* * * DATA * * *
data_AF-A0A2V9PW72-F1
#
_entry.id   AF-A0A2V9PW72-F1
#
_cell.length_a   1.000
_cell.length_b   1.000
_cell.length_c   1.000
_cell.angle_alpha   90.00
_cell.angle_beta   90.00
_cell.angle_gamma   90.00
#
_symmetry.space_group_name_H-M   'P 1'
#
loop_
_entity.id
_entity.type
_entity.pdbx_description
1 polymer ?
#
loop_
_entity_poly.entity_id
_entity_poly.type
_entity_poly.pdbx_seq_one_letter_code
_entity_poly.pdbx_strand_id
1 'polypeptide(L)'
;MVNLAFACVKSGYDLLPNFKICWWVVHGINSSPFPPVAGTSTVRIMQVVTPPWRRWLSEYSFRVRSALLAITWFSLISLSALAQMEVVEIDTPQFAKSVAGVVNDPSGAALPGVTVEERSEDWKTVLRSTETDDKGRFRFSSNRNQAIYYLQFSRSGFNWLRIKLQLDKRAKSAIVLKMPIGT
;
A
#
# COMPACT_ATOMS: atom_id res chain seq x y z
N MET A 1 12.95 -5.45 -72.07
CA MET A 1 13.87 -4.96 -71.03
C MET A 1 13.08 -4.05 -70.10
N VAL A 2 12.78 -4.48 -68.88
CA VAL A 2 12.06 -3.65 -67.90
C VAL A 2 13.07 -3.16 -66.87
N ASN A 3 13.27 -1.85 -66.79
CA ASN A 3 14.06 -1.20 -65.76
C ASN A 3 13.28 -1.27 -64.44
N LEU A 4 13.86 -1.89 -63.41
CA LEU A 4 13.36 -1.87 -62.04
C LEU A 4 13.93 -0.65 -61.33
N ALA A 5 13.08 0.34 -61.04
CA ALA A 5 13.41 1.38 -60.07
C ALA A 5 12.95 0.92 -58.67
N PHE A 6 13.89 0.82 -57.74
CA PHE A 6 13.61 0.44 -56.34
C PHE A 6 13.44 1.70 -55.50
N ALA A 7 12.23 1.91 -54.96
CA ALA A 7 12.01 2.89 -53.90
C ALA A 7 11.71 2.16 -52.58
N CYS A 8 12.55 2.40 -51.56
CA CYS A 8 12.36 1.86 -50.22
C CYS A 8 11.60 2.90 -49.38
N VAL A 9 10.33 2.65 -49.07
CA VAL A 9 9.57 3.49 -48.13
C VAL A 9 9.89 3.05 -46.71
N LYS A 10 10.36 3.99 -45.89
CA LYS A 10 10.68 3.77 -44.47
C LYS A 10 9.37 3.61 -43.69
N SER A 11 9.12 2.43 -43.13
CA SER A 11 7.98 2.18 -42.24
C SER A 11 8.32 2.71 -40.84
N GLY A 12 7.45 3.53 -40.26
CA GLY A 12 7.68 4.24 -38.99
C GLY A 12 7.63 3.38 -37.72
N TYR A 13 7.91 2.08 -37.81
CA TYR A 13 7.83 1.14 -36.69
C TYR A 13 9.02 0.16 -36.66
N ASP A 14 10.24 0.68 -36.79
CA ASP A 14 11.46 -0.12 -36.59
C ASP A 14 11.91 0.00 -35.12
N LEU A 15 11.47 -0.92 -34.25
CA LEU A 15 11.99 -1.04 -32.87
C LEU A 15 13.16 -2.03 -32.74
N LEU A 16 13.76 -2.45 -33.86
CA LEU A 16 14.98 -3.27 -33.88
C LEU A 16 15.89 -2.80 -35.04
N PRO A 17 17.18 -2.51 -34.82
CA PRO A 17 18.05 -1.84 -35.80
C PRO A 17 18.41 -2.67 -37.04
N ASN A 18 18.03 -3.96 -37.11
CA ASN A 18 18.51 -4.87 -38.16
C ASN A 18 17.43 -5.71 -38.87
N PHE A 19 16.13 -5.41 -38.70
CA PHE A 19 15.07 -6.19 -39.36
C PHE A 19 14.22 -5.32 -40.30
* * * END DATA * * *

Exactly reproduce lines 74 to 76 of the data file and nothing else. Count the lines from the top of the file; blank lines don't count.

CA LEU A 15 11.99 -1.04 -32.87
C LEU A 15 13.16 -2.03 -32.74
N LEU A 16 13.76 -2.45 -33.86